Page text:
I’m sort of surprised that libertarians aren’t more familiar with this? It’s a really obvious case where professional barriers keeping out certain practitioners (in this case marginalizing midwives) lead to bad outcomes.

      1. I do agree that it seems to me that C-sections are extremely over-represented, but I’m not an OB/Gyn, so what do I know? If so, it seems to me to be more about a hospital putting pressure on doctors to to “upsell” more than anything else. What I don’t get is that an OB can do anything a midwife can do, right? So other than what is mentioned above, what is the inherent disadvantage to using an OB? I mean, given a choice, I would always choose to receive medical care from an MD as opposed to a Physician’s Assistant.

      2. Aren’t midwives legal in most places? Doesn’t that mean that people are just expressing their preference for hospital births?

      3. Darn it; I thought I’d put a link in.

        I’ve just added the link to the article.

    3. I’m assuming he’s referring to the high rate of C-Section in the US.

  3. OT: No one wants to bury the deceased Boston bomber.

    Tamerlan Tsarnaev’s body was released by the state medical examiner Thursday. It initially was taken to a North Attleborough funeral home, where it was greeted by about 20 protesters, before being taken to Stefan’s Graham Putnam and Mahoney Funeral Parlors, which is familiar with Muslim services.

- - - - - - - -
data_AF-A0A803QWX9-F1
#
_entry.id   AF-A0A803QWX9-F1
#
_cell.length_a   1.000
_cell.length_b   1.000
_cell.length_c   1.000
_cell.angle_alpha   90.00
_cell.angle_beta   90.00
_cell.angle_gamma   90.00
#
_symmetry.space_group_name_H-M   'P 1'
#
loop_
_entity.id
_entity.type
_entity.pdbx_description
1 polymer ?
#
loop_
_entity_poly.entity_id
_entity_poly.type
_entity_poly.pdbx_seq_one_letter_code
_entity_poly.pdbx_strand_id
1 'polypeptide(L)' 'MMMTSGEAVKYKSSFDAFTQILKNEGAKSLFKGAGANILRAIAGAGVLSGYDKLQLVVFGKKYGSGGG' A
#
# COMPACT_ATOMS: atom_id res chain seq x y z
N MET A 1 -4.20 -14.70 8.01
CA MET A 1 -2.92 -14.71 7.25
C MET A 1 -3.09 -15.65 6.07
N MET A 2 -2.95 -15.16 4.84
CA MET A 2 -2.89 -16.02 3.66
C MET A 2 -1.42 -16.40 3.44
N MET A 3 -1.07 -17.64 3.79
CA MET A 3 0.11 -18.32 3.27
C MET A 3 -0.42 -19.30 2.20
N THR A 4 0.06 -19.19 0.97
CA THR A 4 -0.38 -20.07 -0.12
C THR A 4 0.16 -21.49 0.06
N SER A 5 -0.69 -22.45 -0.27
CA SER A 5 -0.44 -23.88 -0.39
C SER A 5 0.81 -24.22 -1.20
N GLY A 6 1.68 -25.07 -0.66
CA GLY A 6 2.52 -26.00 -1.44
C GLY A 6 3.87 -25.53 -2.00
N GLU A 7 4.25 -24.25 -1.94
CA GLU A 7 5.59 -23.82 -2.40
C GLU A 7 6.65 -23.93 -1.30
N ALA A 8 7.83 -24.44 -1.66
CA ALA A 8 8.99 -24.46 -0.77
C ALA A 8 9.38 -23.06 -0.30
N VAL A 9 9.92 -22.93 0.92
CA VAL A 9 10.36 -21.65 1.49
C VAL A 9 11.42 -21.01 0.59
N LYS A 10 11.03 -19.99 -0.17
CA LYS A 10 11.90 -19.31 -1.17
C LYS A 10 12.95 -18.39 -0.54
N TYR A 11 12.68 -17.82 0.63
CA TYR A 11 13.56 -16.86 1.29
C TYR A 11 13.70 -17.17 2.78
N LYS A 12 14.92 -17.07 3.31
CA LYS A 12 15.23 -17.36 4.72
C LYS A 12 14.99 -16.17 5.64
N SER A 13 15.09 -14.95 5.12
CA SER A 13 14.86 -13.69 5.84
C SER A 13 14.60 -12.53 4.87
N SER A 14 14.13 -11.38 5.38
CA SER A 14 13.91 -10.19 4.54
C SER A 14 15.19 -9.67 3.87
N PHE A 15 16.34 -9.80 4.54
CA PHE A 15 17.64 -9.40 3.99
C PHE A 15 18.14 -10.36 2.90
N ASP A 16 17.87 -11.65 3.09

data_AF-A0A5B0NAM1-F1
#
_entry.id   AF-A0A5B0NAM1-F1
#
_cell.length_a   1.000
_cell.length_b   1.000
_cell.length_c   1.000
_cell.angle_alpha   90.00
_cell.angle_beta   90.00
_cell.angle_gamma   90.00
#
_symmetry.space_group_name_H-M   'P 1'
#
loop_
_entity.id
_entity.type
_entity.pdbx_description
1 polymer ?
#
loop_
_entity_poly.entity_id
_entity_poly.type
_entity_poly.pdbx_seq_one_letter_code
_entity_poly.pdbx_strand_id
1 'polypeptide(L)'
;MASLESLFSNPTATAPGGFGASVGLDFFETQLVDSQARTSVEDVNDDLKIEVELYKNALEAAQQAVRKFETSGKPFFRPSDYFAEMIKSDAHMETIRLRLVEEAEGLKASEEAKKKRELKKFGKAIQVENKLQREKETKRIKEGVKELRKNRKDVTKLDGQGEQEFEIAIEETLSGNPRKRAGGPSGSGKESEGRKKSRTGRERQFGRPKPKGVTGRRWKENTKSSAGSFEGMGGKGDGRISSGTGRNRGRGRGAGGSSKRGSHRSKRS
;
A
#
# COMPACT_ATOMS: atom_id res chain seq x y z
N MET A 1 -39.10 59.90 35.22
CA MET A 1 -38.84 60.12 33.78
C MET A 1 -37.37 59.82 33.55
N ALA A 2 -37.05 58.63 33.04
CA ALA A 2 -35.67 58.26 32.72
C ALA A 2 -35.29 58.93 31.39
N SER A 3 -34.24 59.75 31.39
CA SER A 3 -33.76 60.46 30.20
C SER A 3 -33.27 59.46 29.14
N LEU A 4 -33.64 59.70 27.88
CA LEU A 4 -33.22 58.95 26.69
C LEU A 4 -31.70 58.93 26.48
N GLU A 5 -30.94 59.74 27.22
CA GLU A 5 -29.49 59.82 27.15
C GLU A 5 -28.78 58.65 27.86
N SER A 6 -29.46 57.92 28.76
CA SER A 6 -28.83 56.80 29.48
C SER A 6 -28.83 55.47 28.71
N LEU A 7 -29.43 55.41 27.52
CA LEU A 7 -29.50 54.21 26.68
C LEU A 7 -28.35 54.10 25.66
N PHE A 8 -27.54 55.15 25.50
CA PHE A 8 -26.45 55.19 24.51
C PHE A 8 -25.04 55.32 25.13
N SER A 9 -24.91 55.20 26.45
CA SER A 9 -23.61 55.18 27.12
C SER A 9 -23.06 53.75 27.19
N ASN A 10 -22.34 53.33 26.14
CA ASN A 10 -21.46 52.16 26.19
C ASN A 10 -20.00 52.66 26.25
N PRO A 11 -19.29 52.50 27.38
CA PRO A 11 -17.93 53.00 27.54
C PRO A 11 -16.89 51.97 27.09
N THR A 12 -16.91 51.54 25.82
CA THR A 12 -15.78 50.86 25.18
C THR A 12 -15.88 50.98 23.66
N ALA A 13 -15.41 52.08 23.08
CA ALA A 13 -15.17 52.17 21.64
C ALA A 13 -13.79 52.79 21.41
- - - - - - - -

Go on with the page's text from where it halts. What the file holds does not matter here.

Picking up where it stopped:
“My problem here is trying to find a gravesite. A lot of people don’t want to do it. They don’t want to be involved with this,” said Stefan, who said dozens of protesters gathered outside his funeral home, upset with his decision to handle the service. “I keep bringing up the point of Lee Harvey Oswald, Timothy McVeigh or Ted Bundy. Somebody had to do those, too.”

    Yeah, I think the protesters are pretty stupid. He’s dead, what more do you want?

    1. Torch him, put him in an urn, call it a day.

      1. It would be odd if we gave bin Laden a proper Muslim burial at sea but not this guy since cremation is forbidden by Islamic law.

    2. I find it hard to believe that Boston doesn’t have a municipal cemetery intended for the indigent.

    3. I kinda like it. Very Roman.